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Facing Fitness Fears

The good news: The reasons to go into a gym and workout or go for a run outside are endless. 

The bad news: The obstacles that can throw a monkey wrench in plans are also endless.

Although Franklin D. Roosevelt was referring to the Great Depression when he said, “we have nothing to fear but fear itself,” it rings true with me. I have fitness fears, and I’ve talked to many others who share in my fears.

What if I look stupid? What if I don’t do it right? What will people think if they see me wandering around the gym trying to figure equipment out? What if I run too slow? What if I run too fast and fizzle? What if I am not dressed like everyone else? What if I look stupid trying to dress like everyone else? What if I look fat next to the skinny girl on the treadmill next to me?

I’ve been there. I leaned on “safe” exercises so that I wouldn’t look stupid. I logged a lot of miles walking on a treadmill. I logged a lot of revolutions on the elliptical. I shied away from the stair climber. I dared not go into the free weights section. The thought of taking a step class terrified me. Lack of coordination meant certain doom and embarrassment to me.

If you didn’t catch the theme here, many of my fitness fears revolve around others’ perceptions of me and my performance. When it comes down to it, we’re talking about our health. All of those “what ifs” shouldn’t matter (even though they are still powerful…if we give them the power).

When I look around in a gym, I don’t notice what people are wearing. I don’t pay attention to what speed people are going on the treadmill. I don’t notice how heavy the weights are that they are lifting. I do notice that they are there. I notice that people are doing something to better their fitness level. I don’t know anyone who focuses on those “what ifs.” I’m not saying there aren’t people who do make judgments. I’m saying that it seems like those people are few and far between…and in all honesty, they shouldn’t matter.

Don’t know how to use a piece of equipment? Ask a trainer. I’m sure if they don’t have a client waiting they would be happy to show you how to use it safely. Don’t know how to do a certain exercise? My favorite book to reference is the Women’s Health Big Book of Exercises. It has hundreds of exercises with explanations and variations of each. Educate yourself. Empower yourself.

I recently faced a major fear. And when I say major, I mean m-a-j-o-r. Let me set this up. I’m a writer, and I chose writing because I don’t have to be in front of people and speak. I write about the speakers. In the gym, I found my “thing” — an exercise class that I am passionate about. I first faced my fear of exercising in front of people and attended my first Body Combat class more than 2 years ago, when I was about 90 pounds heavier than I am today. I wheezed through class, but I loved it. And I went back. Again and again.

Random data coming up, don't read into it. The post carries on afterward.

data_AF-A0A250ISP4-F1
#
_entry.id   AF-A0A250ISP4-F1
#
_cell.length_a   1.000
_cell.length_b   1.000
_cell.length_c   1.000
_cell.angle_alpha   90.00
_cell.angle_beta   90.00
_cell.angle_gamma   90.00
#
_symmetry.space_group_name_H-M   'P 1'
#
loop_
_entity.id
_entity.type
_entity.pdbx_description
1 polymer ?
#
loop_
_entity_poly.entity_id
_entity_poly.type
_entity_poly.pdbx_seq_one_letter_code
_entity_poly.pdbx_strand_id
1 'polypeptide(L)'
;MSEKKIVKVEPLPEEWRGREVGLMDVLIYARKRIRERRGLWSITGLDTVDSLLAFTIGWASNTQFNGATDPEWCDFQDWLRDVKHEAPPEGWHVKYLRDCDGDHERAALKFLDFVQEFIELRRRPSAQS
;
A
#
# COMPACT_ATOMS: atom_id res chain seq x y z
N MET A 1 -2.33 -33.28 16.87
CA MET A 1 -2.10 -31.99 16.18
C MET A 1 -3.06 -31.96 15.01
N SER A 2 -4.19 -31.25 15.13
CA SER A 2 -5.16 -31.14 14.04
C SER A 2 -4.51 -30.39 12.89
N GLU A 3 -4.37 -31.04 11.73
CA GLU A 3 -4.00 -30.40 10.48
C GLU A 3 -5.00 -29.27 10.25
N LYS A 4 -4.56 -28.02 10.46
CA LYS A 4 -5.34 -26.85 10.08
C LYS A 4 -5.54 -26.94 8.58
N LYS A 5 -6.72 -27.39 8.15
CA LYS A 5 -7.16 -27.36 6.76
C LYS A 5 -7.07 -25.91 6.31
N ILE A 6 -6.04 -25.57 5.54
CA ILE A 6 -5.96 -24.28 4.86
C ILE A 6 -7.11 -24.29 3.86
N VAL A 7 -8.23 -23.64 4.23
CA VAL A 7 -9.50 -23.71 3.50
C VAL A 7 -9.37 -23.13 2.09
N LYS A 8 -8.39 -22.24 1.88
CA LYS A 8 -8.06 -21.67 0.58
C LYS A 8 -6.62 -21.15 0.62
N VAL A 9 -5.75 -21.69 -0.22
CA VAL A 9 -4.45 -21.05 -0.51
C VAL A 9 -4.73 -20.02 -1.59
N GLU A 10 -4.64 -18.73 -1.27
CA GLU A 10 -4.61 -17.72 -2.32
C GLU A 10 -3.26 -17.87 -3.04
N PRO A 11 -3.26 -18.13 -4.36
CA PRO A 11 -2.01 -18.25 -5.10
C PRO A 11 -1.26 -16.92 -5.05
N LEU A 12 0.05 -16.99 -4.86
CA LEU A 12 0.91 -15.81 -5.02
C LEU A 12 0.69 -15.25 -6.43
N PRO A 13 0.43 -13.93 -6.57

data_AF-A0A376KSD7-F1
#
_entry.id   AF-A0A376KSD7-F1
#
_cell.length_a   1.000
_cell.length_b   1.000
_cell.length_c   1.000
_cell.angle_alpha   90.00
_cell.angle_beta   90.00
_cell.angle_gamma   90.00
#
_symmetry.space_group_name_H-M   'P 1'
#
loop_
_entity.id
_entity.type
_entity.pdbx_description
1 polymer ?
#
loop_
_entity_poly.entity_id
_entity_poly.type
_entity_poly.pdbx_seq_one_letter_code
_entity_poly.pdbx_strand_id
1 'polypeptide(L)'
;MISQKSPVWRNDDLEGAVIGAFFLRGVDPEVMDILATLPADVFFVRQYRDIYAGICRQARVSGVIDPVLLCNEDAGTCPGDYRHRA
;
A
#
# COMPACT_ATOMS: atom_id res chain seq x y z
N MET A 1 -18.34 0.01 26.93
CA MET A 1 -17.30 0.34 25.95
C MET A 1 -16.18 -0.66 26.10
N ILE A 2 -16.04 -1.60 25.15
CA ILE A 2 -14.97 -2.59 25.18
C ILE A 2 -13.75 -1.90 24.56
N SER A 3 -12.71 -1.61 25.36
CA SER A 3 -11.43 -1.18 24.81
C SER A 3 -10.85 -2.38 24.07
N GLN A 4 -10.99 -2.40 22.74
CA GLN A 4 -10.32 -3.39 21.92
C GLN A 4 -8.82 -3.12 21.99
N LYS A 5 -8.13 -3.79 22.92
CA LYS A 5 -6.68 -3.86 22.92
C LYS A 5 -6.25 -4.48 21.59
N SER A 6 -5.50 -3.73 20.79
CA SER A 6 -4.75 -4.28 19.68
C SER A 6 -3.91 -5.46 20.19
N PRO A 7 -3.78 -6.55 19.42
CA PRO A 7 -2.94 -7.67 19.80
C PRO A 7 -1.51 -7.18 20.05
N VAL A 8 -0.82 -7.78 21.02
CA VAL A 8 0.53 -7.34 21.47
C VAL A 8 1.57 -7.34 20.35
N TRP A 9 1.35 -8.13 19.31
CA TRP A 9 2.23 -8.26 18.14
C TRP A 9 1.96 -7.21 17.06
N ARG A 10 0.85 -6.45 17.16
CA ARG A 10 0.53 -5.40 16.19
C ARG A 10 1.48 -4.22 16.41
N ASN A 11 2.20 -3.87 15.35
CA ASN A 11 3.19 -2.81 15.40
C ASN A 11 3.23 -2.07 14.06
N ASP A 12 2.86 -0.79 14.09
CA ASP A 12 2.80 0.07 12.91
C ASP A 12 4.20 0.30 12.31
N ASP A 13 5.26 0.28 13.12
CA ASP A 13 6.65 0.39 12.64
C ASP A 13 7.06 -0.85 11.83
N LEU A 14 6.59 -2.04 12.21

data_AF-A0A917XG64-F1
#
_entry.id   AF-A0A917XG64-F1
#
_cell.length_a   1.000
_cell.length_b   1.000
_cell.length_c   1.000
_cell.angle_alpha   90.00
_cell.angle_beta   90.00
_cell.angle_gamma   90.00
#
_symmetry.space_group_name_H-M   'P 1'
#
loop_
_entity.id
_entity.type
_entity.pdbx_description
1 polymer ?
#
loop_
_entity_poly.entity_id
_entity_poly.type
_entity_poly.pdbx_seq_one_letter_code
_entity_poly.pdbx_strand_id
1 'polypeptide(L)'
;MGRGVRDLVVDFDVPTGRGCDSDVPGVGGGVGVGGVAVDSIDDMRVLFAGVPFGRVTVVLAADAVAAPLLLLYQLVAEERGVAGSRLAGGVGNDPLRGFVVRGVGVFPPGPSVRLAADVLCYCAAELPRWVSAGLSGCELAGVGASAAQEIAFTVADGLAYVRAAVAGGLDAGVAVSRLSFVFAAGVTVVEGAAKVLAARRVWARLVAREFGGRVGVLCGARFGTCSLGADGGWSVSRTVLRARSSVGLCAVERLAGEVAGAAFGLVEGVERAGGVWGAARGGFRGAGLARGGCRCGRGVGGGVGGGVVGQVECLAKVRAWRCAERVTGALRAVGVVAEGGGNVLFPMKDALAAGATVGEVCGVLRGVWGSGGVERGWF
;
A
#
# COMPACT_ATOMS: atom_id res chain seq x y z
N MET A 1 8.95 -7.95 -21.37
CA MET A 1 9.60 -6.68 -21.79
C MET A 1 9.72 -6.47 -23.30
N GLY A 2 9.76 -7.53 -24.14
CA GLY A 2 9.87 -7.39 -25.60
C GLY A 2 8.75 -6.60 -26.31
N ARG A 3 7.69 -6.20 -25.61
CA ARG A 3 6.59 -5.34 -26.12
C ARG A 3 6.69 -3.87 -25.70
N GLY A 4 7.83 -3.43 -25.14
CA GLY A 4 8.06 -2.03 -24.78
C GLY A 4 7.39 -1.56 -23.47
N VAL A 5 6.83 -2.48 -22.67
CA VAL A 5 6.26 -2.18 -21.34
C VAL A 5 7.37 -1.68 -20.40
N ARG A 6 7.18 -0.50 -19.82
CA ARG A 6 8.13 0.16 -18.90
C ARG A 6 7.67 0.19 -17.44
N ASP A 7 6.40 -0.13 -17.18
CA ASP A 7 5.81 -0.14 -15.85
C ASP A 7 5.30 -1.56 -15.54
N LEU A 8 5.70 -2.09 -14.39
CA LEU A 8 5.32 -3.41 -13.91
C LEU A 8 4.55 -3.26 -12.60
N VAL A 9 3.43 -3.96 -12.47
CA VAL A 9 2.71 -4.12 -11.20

I recently had the opportunity to train to become and instructor. I figured that my love for the class would show through and it wouldn’t be bad. I was terrified. Me? Speak in front of people? While doing high-impact cardio? What was I thinking?

My friend and I successfully completed the training weekend, and we already had a class on schedule to teach. I was confident that I knew the choreography (yes, me and choreography, two things I would have never put together 2 years ago), but was worried again…all of the “what ifs” began to surface. Being an instructor is so much harder than attending a class. I’ve learned that if you have an instructor who makes it look easy, they are the ones who practice more than you can imagine behind the scenes to make it look that way.

Long story short, my friend and I taught the class and the members had a great time. I faced my fear, and it was difficult. Does that mean I won’t teach again because I’m too scared? Um, no. I am slated to be up on stage 3 or 4 times this next week alone. I’m banking on the idea that each time it will get easier.

Moral of the story: Self-imposed mental obstacles may be more difficult to overcome than the actual physical challenges of exercise. Once you face them and move past them, your possibilities are endless.

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[author_info]About the Author

 Lori Rypka is the Prime Parents Club Fitness Contributor, a mom of two wonderful kids first, a writer, wife, friend, personal trainer and marathon runner in training second. She enjoys helping others in their personal journeys toward living healthier lives. The biggest tool in her tool box: humor. Who says dieting can’t be fun? You can find Lori at, or on Twitter as @LoriRypka.



Image: photostock

Lori Rypka has been certified as a personal trainer through the American Council on Exercise since April 2010, and enjoys helping friends find their healthy selves. Follow Lori on her blog at Fumbled Into Fitness.


  1. Anja

    July 29, 2011 at 2:40 pm

    I had those same fears… But my trainer at the gym kicked my butt so hard, I didn’t have time to worry about them any more. Boot camp rocks!

  2. Jacqueline Wilson

    July 29, 2011 at 12:24 pm

    Wow. You really hit the nail on the head for me in this post. Even when I was really thin and fit, I still hated working out in front of others, so I chose solitary running. (Generally early in the mornings when few others were even awake.)

    A few years ago, I joined a gym. When my husband took the tour and made an innocent comment about all the young/fit people, I never went back. Not once. I never worked out there.

    It’s bascially why I walk on the treadmill…alone…at home…

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